The changing market – We are now in the post-digital age. Digital media is a reality, everyone uses it, whether we’re talking about email or websites or social media. This means a profound change in the way we reach out to consumers and garner new clients. Thirty years ago, you could get about 40 channels on cable. Today, you can get about 400. Now, expand that into all the choices that digital media gives consumers. It takes a specialist to navigate this new media marketplace.
Going it Alone The average independent will always have a place. Look at the mainstream salon business. Sure, you have a few chains, but the independent salon that does really good work still reigns supreme… provided consumers know about it, of course.
Threats – Complacency is the biggest threat facing a typical salon today… thinking you can do the same thing time and again and still expect a different result. They teach young psychologists that that’s the first sign of psychosis. OK, so, how do you get around this? Well, start opening up your mind. Forget about what Sy did twenty-five years ago. Immerse yourself in current culture. Look at what other businesses, in unrelated fields, are doing. Read different magazines, go to movies you ordinarily might pass by, listen to new music, and sometimes, just take a few moments to look around and study people.
Opportunities I don’t really know if there are secret opportunities, per se, but I do know about trends. For example, I know that men’s toiletries are selling in increasing numbers. “Skin care” is no longer the province of women alone, for example. Is it that far fetched for hair replacement studios to offer skin care regimens to their clients? How about fashion? Why shouldn’t a hair replacement studio have a referral arrangement with a men’s clothing store?
Technology The consumer has taken center stage with the advent of social media, digital communications, etc. As for branding, it has moved far beyond what people originally thought it meant. It’s not just about a logo, or a TV commercial, or a public relations effort. Every consumer touch point is part of the brand. I mean, everything, from the way the studio answers its phone, to the way it handles complaints from its clients. Even little things like having current magazines in the lobby, is part of the studio’s brand.
On Leads – Is a lead still a lead? Sure, it is. As for the quality of the lead, there’s no way to tell until you “prospect” it. A lot of studios will say, well, I got a lot of leads, but they were really low-quality leads. Well, what makes you say that? The studio owner might respond, “Well, no one came in and bought anything.” So then, you’ll follow up with the obvious questions, such as, “Did you telemarket them? Did you send them a brochure? Did you send a follow-up letter? Are you planning to contact the lead again in the next several months?” And a lot of times you find out they did none of those things. I worked my way through college selling advertising space in the college newspaper. A lot of times, I’d see some sleepy little storefront selling antiques or whatever and tell myself, “They’re not going buy an ad from me, I mean, this is a college newspaper.” But sometimes I’d walk in just for a lark and they’d give me an ad. And they’d tell me, “A lot of our customers are faculty” and here I was passing them by! As for conventional and new media working together, well, I could take the whole Hair Journal issue on that one. So, let me put it as succinctly as I can: the consumer doesn’t differentiate between new media and conventional media; neither should we.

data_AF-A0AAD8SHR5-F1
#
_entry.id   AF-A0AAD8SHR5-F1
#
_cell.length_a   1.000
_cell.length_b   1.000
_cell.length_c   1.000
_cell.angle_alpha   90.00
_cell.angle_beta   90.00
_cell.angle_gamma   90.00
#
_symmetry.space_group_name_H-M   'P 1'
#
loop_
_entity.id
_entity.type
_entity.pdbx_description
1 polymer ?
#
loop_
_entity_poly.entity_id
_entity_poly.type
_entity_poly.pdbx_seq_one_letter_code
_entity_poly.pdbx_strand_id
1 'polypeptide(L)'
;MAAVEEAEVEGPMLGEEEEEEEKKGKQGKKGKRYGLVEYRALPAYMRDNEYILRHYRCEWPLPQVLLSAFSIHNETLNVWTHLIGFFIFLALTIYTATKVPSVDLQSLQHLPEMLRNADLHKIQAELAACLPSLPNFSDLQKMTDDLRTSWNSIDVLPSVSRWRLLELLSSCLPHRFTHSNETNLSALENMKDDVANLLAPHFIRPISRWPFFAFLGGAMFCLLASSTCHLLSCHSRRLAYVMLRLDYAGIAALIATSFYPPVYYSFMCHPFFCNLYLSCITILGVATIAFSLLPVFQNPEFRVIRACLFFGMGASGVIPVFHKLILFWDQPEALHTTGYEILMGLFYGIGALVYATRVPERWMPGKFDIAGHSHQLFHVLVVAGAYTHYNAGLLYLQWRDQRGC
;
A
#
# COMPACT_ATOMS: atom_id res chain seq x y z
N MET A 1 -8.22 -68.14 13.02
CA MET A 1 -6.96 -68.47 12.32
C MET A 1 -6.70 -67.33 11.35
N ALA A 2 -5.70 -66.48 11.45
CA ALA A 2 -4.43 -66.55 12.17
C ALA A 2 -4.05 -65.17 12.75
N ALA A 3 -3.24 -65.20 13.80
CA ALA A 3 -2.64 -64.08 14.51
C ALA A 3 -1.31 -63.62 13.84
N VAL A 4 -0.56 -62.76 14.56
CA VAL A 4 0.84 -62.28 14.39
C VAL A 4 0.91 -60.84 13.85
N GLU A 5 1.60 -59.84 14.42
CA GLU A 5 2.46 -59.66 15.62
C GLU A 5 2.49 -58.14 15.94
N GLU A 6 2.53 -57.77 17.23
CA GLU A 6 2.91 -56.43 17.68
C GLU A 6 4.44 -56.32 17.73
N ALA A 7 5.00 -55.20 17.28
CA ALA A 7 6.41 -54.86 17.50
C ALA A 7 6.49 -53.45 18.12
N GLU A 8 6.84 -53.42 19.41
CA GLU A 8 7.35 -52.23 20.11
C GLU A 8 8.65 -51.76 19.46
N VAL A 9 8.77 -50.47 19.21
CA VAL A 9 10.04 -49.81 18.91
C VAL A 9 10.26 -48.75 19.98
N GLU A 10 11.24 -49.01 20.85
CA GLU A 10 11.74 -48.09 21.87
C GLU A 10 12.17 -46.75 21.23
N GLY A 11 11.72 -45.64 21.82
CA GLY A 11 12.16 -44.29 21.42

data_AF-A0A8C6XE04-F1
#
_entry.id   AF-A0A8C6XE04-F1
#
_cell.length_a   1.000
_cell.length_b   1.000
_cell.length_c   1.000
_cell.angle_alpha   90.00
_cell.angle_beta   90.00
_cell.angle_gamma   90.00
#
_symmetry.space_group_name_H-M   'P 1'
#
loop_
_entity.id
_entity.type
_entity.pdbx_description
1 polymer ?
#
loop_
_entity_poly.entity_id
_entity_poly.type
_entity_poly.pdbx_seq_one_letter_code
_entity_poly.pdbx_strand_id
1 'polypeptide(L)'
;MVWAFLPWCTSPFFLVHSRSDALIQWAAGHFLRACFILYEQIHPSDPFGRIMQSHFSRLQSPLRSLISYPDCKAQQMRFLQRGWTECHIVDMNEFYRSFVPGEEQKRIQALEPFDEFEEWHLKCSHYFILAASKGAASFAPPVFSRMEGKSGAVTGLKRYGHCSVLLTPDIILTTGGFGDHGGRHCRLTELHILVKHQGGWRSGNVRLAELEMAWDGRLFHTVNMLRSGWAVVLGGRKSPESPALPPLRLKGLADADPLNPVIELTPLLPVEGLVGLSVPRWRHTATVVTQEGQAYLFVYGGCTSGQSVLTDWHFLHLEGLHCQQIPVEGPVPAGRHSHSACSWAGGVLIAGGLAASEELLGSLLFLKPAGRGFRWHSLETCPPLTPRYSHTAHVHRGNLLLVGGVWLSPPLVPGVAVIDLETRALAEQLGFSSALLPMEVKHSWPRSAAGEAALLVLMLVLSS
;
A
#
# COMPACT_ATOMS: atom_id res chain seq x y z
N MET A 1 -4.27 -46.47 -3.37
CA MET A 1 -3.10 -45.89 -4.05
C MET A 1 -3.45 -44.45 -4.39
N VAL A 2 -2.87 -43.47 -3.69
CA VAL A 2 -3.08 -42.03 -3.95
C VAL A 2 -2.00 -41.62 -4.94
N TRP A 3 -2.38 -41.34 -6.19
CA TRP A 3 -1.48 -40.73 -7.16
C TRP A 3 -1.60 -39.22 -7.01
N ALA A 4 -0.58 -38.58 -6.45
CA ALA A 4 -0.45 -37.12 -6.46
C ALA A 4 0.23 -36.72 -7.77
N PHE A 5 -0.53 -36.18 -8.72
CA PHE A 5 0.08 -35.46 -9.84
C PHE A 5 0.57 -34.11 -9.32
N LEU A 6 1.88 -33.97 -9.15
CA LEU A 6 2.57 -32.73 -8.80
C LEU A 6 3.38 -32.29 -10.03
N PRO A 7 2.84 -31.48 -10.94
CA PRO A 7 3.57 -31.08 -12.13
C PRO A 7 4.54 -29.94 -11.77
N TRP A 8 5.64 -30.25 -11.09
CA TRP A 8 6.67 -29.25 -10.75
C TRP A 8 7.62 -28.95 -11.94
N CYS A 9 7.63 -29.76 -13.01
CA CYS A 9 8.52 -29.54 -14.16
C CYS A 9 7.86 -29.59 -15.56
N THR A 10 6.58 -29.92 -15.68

The “educated” consumer I don’t think that today’s consumers are really better educated or more discerning. I think that they’ve always been a lot smarter than people in marketing give them credit for. Sixty years ago, David Ogilvy said, “The consumer is NOT a moron, the consumer is your wife.” In other words, people all want the same thing: to be treated with respect and to be spoken to in a language that they understand. If the consumer thinks you understand their problem, they are far more likely to believe that you can offer a solution.
What to Tell the Children – I think that the hair industry has a vibrant future, unless someone comes up with a pill tomorrow that will instantly grow a person’s hair back. Failing that, and I don’t think it’s going to happen anytime soon, the hair industry provides a valuable service. A lot of people just don’t want to be bald. How we appeal to these people will always evolve; so too, will how we market ourselves. The market for our services isn’t going away any time soon.
What Market Are We In? – People replace their hair for different reasons. I’m not sure it’s an anti-aging thing; rather, an attempt to look one’s real age. Is it vanity or personal enhancement? Well, one could say the same thing about wearing nice clothing or driving a nice car. As for the “confidence” thing, that’s always been lost on me. I would just say that hair means different things to different people. I mean, the reason a 35-year-old man replaces his hair is unlikely to be the same as a 50-year-old woman who adds or extends her hair. That’s what makes the advertising business so interesting, and so challenging.
Editor’s note: This article first appeared in The National Hair Journal and is reproduced again because this advice remains as pertinent today as it was when Steve first wrote it.